Authors: Erdem D. Tabdanov 1,2,3#, Nelson J. Rodríguez-Merced 1,2, Alexander X. Cartagena-Rivera 4, Vikram V. Puram 1,2,5, Mackenzie K. Callaway 1,2, Ethan A. Ensminger 1,2, Emily J. Pomeroy 6,7,8, Kenta Yamamoto 6,7,8, Walker S. Lahr 6,7, Beau R. Webber 6,7,8,9, Branden S. Moriarity 6,7,8,9, Alexander S. Zhovmer 10 and Paolo P. Provenzano 1,2,6,9,11#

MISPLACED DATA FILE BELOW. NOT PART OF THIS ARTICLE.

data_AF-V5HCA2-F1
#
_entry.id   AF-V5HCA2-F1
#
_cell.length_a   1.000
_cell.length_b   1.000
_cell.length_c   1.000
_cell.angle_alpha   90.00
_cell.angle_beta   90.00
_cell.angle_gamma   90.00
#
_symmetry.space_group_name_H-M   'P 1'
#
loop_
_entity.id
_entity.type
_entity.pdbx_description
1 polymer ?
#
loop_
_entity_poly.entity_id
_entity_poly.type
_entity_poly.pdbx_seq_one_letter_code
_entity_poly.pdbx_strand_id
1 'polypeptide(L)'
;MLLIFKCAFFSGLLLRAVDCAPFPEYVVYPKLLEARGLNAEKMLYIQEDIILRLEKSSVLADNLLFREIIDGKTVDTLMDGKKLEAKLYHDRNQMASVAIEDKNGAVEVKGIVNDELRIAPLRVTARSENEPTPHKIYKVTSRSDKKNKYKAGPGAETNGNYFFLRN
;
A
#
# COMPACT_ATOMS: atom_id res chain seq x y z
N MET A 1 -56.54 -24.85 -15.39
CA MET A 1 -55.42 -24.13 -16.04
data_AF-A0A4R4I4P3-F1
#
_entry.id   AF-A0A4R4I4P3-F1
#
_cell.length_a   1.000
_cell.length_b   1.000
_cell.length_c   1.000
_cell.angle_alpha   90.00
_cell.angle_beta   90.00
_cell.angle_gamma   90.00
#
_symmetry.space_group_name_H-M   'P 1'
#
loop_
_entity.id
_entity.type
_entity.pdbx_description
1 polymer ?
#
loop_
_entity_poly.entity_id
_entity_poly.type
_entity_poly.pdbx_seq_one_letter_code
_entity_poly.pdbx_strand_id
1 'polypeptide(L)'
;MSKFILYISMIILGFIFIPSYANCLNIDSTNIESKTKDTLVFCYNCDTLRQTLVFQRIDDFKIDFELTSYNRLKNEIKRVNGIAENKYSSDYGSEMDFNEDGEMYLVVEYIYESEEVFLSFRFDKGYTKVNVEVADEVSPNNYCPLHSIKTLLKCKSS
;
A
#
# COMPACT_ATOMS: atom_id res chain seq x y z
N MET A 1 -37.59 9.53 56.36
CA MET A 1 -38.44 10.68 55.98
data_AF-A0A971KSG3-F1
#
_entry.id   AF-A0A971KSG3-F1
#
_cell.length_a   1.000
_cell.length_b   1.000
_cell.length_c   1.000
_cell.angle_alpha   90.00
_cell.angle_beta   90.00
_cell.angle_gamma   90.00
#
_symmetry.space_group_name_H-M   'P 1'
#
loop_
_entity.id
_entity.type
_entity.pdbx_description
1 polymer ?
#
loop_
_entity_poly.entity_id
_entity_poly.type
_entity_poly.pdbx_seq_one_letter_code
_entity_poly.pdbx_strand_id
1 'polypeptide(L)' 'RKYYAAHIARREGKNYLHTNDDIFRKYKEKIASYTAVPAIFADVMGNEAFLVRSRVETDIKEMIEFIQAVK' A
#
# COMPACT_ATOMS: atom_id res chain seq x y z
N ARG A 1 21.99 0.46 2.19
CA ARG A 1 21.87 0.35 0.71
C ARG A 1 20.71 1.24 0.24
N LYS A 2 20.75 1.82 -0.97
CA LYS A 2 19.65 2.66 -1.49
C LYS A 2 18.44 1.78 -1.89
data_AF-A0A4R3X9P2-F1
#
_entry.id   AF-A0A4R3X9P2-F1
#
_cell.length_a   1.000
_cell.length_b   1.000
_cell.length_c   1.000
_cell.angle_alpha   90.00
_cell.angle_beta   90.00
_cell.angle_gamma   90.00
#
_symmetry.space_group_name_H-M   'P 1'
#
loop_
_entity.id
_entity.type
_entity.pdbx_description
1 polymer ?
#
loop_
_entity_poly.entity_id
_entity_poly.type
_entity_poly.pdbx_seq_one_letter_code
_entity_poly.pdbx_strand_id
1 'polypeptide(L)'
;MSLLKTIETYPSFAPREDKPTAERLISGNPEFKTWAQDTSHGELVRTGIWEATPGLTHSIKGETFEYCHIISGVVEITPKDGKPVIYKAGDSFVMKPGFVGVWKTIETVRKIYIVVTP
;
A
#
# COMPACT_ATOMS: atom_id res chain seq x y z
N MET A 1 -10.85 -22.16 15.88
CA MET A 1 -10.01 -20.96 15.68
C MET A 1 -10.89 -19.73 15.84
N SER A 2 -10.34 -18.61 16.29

Defining the principles of T cell migration in structurally and mechanically complex tumor microenvironments is critical to understanding sanctuaries from antitumor immunity and optimizing T cell-related therapeutic strategies. To enhance T cell migration through complex microenvironments, we engineered nanotextured platforms that allowed us to define how the balance between T cell phenotypes influences migration in response to tumor-mimetic structural and mechanical cues and characterize a mechanical optimum for migration that can be perturbed by manipulating an axis between microtubule stability and force generation. In 3D environments and live tumors, we demonstrate that microtubules instability, leading to increased Rho pathway-dependent cell contractility, promotes migration while clinically used microtubule-targeting chemotherapies profoundly decrease effective migration. Indeed, we show that rational manipulation of the microtubule-contractility axis, either pharmacologically or through genome engineering, results in engineered T cells that more effectively move through and interrogate 3D matrix and tumor volumes. This suggests that engineering cells to better navigate through 3D microenvironments could be part of an effective strategy to enhance efficacy of immune therapeutics.